it go. I shall not attempt to describe the spectacle, which convinced
me that language is the vehicle for making small things seem great
and great things seem small. If you wish words invite splendid and
magnificent and overwhelming and all the reliable old friends to come
forth in glad apparel from the dictionary. Personally, I was inarticulate
at sight of that sea-march of dull-toned, unadorned power.
First came the outriders of majesty, the destroyers; then the graceful
light cruisers. How many destroyers has the British navy? I am only
certain that it has not as many as it seems to have, which would
mean thousands. Trying to count them is like trying to count the bees
in the garden. You cannot keep your eye on the individual bees. You
are bound to count some twice, so busy are their manoeuvres.
"Don't you worry, great ladies!" you imagined the destroyers were
saying to the battleships. "We will clear the road. We will keep watch
against snipers and assassins."
"And if any knocks are coming, we will take them for you, great
ladies!" said the cruisers. "If one of us went down, the loss would not
be great. Keep your big guns safe to beat other battleships into
For you may be sure that Fritz was on the watch in the open. He
always is, like the highwayman hiding behind a hedge and envying
people who have comfortable beds. Probably from a distance he had
a peep through his periscope at the Grand Fleet before the approach
of the policeman destroyers made him duck beneath the water; and
probably he tried to count the number of ships and identify their
classes in order to take the information home to Kiel. Besides, he
always has his fingers crossed. He hopes that some day he may get
a shot at something more warlike than a merchant steamer or an
auxiliary; only that prospect becomes poorer as life for him grows
harder. Except a miracle happened, the steaming fleet, with its
cordons of destroyers, is as safe from him as from any other kind of
The harbour which is the fleet's home is landlocked by low hills. There
is an eclipse of the sun by the smoke from the ships getting under
way; streaming, soaring columns of smoke on the move rise above
the skyline from the funnels of the battleships before they appear
around a bend. Indefinite masses as yet they are, under their night-
black plumes. Each ship seems too immense to respond to any will
except its own. But there is something automatic in the regularity with
which, one after another, they take the bend, as if a stop watch had
been held on twenty thousand tons of steel for a second's variation.
As they approach they become more distinct and, showing less
smoke, there seems less effort. Their motive-power seems inherent,
There is some sea running outside the entrance, enough to make a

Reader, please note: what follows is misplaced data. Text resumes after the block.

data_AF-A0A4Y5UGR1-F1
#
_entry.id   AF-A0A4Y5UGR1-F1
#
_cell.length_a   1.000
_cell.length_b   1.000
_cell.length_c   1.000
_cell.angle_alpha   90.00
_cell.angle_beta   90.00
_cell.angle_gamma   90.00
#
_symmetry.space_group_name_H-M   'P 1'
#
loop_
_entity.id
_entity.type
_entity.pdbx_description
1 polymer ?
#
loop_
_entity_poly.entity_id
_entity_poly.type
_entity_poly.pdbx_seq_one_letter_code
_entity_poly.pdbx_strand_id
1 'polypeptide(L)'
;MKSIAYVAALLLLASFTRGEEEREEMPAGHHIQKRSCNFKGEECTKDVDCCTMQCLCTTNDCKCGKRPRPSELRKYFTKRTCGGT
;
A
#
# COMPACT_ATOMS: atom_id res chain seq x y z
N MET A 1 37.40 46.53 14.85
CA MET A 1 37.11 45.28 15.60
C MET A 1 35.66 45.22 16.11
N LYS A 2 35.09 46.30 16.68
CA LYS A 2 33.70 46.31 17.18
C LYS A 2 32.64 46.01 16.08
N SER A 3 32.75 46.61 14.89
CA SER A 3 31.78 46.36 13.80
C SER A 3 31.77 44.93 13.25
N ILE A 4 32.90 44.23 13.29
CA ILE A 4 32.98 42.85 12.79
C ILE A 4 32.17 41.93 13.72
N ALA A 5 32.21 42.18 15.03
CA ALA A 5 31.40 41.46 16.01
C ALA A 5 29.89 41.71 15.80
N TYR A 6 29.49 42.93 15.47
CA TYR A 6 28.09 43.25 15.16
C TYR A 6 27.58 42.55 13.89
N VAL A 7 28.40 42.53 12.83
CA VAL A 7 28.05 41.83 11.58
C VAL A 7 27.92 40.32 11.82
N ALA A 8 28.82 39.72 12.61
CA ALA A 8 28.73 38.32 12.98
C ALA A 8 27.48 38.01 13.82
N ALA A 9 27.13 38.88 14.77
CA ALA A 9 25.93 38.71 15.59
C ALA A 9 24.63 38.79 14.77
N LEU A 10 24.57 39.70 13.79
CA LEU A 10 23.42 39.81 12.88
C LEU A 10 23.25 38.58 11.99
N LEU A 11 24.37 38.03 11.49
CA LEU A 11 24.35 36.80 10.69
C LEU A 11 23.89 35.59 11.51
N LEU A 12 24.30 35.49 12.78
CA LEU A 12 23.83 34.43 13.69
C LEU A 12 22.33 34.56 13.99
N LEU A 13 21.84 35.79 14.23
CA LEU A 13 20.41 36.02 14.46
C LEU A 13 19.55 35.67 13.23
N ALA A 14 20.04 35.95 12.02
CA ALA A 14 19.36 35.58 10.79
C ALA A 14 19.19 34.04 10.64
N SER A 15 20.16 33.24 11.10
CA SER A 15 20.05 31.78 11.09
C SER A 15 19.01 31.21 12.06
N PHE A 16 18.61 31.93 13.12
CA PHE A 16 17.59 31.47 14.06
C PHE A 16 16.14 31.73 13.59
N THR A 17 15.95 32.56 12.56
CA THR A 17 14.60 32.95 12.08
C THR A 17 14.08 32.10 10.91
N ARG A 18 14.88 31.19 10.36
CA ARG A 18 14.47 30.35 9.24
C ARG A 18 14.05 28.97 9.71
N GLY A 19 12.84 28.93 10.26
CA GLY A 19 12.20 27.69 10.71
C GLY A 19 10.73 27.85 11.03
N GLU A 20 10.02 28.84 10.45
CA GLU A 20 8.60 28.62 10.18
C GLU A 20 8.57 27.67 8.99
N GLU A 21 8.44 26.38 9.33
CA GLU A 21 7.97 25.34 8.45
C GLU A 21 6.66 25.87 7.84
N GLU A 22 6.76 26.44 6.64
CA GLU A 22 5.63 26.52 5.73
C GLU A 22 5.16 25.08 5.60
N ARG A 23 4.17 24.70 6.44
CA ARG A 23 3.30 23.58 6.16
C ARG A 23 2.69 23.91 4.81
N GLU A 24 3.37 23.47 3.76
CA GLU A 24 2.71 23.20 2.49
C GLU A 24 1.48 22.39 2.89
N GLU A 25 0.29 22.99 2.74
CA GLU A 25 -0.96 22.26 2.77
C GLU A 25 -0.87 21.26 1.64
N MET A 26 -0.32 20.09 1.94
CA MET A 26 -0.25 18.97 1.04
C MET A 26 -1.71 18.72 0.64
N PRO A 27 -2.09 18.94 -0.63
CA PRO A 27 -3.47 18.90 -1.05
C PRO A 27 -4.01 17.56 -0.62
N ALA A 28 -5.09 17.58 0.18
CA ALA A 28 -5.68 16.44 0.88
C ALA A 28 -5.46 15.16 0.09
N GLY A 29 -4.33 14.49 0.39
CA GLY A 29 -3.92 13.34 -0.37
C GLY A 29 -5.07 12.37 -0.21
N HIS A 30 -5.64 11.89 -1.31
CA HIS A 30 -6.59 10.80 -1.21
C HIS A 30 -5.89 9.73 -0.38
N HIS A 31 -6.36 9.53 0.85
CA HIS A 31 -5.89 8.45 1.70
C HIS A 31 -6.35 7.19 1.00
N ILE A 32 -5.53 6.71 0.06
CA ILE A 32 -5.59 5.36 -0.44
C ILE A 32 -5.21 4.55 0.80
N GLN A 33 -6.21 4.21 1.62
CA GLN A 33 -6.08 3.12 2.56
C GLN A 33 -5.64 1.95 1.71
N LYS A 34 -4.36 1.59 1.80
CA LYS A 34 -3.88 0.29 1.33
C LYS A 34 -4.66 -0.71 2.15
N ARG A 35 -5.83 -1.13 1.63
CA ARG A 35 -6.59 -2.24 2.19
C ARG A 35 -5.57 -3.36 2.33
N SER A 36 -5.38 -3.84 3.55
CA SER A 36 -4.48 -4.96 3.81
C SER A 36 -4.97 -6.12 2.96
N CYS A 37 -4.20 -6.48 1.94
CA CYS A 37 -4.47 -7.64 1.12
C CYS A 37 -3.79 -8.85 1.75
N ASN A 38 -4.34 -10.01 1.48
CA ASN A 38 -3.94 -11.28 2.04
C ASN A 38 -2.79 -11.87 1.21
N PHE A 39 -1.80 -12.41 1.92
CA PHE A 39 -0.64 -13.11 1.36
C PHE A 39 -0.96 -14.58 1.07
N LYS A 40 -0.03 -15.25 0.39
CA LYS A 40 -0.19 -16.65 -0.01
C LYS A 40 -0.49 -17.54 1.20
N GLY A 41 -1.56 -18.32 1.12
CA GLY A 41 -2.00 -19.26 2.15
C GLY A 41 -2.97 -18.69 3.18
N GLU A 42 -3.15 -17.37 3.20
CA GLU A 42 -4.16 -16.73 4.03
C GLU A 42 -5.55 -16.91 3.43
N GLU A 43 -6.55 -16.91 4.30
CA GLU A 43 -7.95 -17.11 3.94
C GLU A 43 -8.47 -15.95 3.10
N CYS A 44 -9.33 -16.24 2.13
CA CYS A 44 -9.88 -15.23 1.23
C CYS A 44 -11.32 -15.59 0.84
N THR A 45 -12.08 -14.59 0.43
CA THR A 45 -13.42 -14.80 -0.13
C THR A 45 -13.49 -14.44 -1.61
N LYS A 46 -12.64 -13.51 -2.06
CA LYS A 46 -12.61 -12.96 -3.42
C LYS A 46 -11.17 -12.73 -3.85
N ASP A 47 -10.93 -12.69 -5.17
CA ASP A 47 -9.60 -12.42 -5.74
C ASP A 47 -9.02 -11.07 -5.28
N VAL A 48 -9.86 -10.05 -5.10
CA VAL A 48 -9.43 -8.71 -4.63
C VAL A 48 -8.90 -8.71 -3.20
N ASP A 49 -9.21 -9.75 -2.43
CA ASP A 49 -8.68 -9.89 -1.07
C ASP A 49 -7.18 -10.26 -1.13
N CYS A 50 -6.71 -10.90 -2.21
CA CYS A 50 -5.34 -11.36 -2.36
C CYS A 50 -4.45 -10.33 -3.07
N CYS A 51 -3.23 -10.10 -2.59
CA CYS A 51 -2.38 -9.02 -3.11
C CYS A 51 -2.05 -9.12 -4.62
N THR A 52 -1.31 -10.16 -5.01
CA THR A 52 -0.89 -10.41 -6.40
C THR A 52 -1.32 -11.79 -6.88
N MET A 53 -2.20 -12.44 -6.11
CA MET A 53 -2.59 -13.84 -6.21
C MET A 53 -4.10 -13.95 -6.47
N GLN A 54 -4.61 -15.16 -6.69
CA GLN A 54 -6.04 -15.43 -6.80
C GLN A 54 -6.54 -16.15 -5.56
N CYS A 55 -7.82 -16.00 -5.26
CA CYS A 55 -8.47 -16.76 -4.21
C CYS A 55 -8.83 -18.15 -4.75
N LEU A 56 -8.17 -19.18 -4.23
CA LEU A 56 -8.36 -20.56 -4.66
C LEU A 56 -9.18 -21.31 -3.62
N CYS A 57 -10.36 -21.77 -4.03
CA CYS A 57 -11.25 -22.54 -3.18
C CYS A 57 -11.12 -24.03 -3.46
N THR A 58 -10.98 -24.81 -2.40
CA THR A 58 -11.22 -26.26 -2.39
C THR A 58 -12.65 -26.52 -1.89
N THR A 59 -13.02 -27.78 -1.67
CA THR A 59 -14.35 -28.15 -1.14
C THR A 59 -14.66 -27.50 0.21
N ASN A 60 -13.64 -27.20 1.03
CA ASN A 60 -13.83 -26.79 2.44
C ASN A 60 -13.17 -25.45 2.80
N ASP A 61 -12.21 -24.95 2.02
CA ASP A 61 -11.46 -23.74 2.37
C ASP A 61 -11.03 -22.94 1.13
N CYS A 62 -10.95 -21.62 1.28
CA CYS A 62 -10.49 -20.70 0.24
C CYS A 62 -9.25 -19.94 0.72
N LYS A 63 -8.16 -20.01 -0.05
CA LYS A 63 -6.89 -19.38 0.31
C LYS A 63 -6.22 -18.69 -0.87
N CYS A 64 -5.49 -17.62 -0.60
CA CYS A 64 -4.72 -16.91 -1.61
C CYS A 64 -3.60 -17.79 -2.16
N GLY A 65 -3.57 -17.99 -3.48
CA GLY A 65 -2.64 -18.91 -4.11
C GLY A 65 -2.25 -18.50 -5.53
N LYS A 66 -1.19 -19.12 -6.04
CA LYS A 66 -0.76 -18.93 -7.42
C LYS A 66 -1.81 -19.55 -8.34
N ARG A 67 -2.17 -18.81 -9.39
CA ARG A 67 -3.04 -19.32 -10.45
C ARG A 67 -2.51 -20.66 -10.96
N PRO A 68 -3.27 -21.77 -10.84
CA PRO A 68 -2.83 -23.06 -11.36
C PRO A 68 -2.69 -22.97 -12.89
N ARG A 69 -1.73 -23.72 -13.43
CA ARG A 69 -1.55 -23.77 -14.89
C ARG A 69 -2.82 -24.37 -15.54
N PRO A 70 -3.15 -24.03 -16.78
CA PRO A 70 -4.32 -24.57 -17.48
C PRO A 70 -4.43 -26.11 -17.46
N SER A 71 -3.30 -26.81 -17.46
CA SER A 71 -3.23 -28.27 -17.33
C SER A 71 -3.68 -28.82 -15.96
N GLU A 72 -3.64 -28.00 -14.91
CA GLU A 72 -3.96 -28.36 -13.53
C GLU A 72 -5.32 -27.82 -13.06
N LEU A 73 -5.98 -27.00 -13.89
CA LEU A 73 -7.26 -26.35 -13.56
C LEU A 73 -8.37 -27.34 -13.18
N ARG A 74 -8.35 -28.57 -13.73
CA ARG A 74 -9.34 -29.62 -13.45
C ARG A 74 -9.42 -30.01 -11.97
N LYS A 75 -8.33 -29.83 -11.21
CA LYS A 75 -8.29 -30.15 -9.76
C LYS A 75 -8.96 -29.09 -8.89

destroyer roll. But the battleships disdain any notice of its existence. It
is no more to them than a ripple of dust to a motor truck. They plough
Though you were within twenty yards of them you would feel quite
safe. An express train was in no more danger of jumping the track.
Mast in line with mast, they held the course with a majestic
steadiness. Now the leading ship makes a turn of a few points. At the
same spot, as if it were marked by the grooves of tyres in a road, the
others make it. Any variation of speed between them would have
been instantly noticeable, as one forged ahead or lagged; but the
distance between bows and sterns did not change. A line of one
length would do for each interval so far as one could discern.
It was difficult to think that they were not attached to some taut,
moving cable under water. How could such apparently unwieldy
monsters, in such a slippery element as the sea, be made to obey
their masters with such fine precision?
The answer again is sheer hard work! Drills as arduous in the engine-
room as at the guns; machinery kept in tune; traditions in
manoeuvring in all weathers, which is kept up with tireless practice.
Though all seemed perfection to the lay eye, let it be repeated that
this was not so to the eyes of admirals. It never can be. Perfection is
the thing striven for. Officers dwell on faults; all are critics. Thus you
have the healthiest kind of spirit, which means that there will be no
cessation in the striving.
"Look at that!" exclaimed an officer on the destroyer. "They ought to
try another painting on her and see if they can't do better."
Ever changing that northern light. For an instant the sun's rays,
strained by a patch of peculiar cloud, playing on a Dreadnought's
side, made her colour appear molten, exaggerating her size till she
seemed as colossal to the eye as to the thought.
"But look, now!" said another officer. She was out of the patch and
seemed miles farther away to the vision, a dim shape in the sea-
"You can't have it right for every atmospheric mood of the North Sea,
I suppose!" muttered the critic. Still, it hurt his professional pride
that a battleship should show up as such a glaring target even
for a moment.
The power of the fleet was more patent in movement than at rest; for
the sea-lion was out of his lair on the hunt. Fluttering with flags at a
review at Spithead, the battleships seemed out of their element;
giants trying for a fairy's part. Display is not for them. It ill becomes
them, as does a pink ribbon on a bulldog.
Irresistibly ploughing their way they presented a picture of resolute
utility--guns and turrets and speed. No spot of bright colour was
visible on board. The crew was at the guns, I took it. Turn the turrets,
give the range, lay the sights on the enemy's ships, and the battle
"There is the old Dreadnought," said an officer. The old Dreadnought
--all of ten years of age, the senile old thing! What a mystery she was